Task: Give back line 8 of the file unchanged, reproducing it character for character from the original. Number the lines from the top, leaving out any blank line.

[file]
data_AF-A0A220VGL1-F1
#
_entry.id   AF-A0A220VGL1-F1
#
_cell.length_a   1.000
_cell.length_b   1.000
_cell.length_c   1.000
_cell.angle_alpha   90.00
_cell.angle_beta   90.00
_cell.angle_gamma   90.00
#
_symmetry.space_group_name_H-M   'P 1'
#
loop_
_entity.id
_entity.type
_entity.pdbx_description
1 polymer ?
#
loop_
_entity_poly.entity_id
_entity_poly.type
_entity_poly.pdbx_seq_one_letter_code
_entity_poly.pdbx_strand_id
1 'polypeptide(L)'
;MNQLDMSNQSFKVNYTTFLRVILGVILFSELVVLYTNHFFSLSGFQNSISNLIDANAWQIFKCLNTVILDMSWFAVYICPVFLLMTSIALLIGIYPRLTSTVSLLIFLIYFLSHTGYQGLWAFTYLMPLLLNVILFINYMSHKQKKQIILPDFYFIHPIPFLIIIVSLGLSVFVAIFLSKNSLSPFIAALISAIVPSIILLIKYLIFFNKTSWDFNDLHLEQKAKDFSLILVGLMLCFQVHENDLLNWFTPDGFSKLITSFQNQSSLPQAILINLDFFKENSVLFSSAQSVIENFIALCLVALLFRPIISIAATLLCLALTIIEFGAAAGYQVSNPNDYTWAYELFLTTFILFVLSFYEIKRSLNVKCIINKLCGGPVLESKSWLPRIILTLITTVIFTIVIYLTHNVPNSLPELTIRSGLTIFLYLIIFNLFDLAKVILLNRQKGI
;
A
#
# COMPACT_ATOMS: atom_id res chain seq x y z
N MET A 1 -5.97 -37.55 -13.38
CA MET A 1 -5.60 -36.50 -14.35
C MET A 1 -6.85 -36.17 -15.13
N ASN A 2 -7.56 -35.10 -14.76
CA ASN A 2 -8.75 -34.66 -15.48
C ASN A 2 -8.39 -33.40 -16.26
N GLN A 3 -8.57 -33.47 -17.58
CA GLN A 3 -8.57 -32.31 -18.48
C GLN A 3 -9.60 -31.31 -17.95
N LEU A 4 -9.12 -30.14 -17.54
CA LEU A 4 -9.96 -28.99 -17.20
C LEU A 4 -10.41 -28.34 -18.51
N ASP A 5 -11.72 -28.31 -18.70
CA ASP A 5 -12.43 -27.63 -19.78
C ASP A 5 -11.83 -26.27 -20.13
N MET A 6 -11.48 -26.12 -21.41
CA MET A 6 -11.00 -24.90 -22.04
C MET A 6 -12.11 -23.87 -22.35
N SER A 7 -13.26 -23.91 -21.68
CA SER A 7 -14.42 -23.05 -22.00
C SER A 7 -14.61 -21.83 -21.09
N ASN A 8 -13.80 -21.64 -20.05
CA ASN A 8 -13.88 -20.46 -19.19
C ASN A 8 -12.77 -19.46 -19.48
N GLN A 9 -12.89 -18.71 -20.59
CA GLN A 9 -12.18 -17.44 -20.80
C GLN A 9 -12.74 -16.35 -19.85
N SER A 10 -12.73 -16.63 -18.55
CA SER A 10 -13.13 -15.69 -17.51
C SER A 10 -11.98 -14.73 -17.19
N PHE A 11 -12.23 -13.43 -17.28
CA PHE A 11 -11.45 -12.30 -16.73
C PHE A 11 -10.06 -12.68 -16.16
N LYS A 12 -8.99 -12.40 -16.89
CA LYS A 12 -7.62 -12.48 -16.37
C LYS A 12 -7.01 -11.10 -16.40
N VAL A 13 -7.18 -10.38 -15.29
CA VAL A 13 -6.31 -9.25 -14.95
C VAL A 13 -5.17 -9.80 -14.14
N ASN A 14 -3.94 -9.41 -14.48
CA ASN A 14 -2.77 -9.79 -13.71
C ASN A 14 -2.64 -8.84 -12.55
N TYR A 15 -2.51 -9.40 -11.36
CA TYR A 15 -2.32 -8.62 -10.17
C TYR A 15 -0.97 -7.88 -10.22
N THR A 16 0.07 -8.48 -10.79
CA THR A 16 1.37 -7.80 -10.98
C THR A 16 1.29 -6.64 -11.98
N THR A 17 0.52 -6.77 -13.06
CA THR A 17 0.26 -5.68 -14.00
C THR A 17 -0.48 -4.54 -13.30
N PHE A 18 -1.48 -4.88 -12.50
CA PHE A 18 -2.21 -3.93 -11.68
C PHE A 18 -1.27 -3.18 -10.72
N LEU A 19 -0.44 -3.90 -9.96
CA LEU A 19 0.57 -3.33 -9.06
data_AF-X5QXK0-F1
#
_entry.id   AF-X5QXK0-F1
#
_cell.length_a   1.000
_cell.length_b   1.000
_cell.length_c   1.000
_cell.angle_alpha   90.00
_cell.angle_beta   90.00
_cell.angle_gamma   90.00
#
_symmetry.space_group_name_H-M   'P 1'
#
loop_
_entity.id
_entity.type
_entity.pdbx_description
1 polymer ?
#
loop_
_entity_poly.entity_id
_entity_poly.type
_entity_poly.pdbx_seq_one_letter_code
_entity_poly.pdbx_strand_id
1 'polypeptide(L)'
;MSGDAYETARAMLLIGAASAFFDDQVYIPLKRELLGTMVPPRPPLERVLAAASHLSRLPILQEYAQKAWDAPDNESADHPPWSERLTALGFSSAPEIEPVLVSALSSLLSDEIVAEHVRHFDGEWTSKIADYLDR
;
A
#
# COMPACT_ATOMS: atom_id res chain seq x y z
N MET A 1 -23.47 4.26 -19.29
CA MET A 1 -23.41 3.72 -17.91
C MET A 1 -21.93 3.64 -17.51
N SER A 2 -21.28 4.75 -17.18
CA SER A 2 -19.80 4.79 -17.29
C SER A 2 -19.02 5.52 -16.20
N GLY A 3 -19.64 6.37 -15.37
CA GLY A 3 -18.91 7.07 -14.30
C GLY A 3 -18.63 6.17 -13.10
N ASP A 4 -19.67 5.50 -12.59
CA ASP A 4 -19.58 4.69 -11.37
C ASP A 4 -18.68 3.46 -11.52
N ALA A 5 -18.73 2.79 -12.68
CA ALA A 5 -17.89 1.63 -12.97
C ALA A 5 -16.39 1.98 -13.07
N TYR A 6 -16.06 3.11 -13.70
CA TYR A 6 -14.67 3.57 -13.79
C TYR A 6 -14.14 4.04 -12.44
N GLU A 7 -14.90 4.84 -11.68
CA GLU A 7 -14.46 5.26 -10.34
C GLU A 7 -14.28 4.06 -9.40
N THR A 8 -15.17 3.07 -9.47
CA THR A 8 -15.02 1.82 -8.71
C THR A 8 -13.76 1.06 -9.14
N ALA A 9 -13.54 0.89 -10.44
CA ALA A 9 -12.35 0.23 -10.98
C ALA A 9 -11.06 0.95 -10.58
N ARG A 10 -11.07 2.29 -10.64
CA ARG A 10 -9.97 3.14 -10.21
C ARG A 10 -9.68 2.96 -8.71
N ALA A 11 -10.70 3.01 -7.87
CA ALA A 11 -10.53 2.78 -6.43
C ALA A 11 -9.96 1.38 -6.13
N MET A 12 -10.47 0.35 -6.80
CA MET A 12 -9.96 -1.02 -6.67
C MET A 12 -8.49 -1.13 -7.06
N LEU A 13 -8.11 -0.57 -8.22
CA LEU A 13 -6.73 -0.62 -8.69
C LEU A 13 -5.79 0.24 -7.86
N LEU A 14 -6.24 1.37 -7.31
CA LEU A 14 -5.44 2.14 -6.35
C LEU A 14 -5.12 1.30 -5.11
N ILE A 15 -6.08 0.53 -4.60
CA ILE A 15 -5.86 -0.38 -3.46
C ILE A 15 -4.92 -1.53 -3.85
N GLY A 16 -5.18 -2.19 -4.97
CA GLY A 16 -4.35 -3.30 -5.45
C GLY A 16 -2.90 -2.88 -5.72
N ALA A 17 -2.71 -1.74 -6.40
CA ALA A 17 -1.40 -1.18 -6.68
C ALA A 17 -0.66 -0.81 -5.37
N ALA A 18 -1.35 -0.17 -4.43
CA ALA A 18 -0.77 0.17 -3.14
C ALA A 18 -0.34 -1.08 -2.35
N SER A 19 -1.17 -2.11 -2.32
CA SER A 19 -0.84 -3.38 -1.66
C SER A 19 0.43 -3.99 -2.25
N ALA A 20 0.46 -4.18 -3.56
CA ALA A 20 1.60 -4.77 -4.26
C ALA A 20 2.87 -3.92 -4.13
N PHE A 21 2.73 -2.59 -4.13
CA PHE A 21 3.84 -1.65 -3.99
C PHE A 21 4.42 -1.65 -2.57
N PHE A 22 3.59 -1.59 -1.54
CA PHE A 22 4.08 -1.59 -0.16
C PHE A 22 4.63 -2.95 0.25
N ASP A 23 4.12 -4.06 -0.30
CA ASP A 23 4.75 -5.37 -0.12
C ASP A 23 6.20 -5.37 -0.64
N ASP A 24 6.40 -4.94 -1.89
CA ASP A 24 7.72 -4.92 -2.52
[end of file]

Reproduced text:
_cell.angle_alpha   90.00